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International Women's Day: Dying Light Review

To celebrate International Women’s Day on March 8 and to show that when it comes to gaming there is no gender dominance, we reached out to some of our customers to ask if they could provide us with a guest review of their favourite games.  

Dying Light Review

Dying Light is a game I've been meaning to get round to playing for a very long time now. As a massive zombie fan, I really should have played it a long time ago, but in all honesty I was far too scared, being the massive wimp that I am. Intense combat and free running combined with hilarious weaponry and attacks, all set in a gorgeous environment makes this a must have for anyone looking for an overwhelming survival experience.

I've spent the last week or so solidly ploughing through the main game, mainly on multiplayer, but I've been through the occasional session on my own, and let me tell you it is quite the experience. This is because Dying Light doesn't necessarily rely on the usual components of a horror game, i.e. jumpscares and the like, instead it creates fear through panic. The city of Harran itself is incredibly atmospheric, but that mainly comes from the effort that the developers have put in to make it look real and believable. This realistic feel to the world outside of your safe zone creates an overpowering fear of isolation the second you step outside, and also brings in the fear and unpredictability of the unknown. That street you cleared on your last run ten minutes ago? It's now swarming with the infected again. Scrambling up a building for safety? Watch out, a zombie just bulldozed its way out of the door you climbed up to. Aiming for the grass and cliffs because higher ground means safety? Best take care you don't get cornered in between high walls in the slums where the dead pile up around you. Dying Light has perfected the art of making you feel safe and in control, only to pull the rug out from beneath you and make you feel ever so mortal.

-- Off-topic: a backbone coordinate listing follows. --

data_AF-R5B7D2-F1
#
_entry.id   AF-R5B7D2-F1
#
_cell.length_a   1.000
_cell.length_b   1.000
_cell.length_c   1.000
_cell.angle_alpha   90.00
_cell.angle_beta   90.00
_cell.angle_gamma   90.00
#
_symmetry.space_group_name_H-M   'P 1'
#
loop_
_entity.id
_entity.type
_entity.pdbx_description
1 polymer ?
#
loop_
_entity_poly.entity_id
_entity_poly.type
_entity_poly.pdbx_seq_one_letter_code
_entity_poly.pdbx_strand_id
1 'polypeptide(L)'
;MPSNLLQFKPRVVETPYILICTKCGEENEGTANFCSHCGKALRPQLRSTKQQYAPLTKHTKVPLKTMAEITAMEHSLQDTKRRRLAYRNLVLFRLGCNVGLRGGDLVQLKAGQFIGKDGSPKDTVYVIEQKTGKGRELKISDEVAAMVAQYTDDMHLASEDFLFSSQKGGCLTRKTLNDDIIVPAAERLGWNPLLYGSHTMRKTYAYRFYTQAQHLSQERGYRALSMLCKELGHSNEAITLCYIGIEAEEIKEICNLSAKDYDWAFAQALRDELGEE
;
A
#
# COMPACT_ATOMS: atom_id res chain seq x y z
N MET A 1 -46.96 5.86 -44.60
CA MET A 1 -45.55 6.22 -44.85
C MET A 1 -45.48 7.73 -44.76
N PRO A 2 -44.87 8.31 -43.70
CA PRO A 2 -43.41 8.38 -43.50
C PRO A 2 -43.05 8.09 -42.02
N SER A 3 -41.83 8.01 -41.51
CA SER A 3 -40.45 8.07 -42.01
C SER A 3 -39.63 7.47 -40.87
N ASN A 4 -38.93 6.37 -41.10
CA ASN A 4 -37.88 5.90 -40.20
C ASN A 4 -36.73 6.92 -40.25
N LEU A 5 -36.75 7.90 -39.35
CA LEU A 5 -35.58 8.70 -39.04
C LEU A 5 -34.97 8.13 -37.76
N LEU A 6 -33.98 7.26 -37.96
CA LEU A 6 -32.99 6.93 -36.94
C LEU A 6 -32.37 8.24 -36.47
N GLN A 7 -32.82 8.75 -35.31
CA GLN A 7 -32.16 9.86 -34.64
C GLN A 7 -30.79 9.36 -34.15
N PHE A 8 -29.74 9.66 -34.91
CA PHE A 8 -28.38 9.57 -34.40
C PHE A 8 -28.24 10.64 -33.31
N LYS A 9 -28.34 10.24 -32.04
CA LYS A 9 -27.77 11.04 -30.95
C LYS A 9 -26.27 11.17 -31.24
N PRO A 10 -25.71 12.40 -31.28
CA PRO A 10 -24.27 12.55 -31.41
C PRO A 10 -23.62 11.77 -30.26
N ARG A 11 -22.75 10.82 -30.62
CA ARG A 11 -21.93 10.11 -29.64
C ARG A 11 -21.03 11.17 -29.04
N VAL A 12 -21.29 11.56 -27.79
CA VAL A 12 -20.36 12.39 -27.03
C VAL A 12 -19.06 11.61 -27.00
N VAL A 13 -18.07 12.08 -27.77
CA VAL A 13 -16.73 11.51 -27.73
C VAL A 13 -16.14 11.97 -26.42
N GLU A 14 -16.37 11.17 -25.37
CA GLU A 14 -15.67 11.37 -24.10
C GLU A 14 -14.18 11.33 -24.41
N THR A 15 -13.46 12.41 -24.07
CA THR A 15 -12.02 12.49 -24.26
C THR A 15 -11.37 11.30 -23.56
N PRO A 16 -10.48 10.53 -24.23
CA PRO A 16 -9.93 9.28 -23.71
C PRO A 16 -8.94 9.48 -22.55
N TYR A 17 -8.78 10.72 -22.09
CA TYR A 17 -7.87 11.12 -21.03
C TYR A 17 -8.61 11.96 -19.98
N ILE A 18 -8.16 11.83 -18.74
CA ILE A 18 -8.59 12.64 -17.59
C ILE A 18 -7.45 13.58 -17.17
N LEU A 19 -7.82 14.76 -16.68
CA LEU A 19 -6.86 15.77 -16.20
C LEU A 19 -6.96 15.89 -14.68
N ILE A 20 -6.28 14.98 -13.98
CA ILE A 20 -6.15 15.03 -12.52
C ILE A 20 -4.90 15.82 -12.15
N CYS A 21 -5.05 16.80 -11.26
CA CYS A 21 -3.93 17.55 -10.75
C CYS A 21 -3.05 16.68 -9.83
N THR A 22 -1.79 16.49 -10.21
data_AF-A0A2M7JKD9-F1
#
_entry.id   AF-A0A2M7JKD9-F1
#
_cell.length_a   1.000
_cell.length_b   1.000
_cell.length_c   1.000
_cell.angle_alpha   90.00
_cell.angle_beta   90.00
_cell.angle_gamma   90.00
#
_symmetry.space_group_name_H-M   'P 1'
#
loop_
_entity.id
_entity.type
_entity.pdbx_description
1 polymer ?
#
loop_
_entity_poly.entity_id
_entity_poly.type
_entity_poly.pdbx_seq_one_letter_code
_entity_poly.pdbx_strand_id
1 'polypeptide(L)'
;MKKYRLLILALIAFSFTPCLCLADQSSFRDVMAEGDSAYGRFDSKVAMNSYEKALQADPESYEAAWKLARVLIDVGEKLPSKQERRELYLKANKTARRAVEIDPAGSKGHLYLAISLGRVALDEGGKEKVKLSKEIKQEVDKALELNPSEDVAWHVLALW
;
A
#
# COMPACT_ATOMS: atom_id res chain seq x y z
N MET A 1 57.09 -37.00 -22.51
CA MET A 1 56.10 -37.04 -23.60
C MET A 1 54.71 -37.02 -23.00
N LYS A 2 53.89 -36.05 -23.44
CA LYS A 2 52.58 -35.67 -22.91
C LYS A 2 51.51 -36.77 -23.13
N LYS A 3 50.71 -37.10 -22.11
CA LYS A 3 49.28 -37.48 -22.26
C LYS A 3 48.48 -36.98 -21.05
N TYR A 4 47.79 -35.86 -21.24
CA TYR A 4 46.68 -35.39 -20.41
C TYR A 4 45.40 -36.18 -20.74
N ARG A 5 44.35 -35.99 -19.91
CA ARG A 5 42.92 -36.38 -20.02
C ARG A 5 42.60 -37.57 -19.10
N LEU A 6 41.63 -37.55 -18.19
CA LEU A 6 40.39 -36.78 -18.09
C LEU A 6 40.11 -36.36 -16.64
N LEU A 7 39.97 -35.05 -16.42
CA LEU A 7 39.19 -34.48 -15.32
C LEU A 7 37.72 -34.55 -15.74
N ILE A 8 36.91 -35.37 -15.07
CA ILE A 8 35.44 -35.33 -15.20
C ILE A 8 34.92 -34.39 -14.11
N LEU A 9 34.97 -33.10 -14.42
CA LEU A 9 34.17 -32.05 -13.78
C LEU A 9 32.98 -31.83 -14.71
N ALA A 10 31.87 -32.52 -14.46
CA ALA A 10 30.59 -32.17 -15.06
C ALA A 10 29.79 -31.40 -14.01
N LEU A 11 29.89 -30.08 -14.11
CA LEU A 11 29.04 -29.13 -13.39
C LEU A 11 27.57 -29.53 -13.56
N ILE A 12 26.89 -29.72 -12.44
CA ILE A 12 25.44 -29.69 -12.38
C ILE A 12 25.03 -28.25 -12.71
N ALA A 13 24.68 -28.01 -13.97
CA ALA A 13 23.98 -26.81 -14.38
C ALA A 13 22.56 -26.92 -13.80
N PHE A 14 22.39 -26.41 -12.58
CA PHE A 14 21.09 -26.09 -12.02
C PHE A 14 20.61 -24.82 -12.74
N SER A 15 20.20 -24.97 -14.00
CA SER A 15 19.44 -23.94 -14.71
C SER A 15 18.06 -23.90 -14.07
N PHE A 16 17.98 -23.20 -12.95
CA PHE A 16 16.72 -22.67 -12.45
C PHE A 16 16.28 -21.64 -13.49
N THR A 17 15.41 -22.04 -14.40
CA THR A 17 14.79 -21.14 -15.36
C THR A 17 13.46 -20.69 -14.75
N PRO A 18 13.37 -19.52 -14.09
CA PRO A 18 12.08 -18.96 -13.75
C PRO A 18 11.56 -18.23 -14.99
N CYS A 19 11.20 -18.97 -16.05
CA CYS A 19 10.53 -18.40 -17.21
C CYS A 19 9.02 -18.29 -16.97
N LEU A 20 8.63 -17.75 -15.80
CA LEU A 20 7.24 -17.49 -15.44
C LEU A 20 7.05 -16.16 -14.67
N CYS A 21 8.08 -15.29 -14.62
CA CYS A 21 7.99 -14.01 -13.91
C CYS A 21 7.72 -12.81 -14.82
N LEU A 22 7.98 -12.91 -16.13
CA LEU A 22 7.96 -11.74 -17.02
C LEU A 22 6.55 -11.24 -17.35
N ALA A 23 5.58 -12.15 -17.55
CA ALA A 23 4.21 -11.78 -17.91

There are incredibly poignant moments throughout both the main story and the sidequests that really hit home, and give the world and the characters within it unexpected depth. These moments are often very quickly overshadowed by the introduction of a shiny new crazy weapon to try out, which kind of detracts from what ultimately makes the world of Harran interesting. The main story itself is somewhat lacking overall, but the entertaining gameplay and the sheer depth of the world more than makes up for that.

As a multiplayer game, Dying Light is incredible. The terrifying elements of single player become a free for all smash and grab mission with friends. The moans of the dead are drowned in group laughter at hazmat suit zombies flying off like punctured balloons when you hit the canisters on their backs, only to have them explode, creating sound waves on the mini map, which rapidly brings an onslaught of 28 Days Later-esque “virals”. These virals are stronger, faster and much more agile than the regular zombies, meaning they can scale the buildings that you use to desperately evade them. To take them down you have to craft and customise a range of bonkers weapons from the debris you collect on your journey.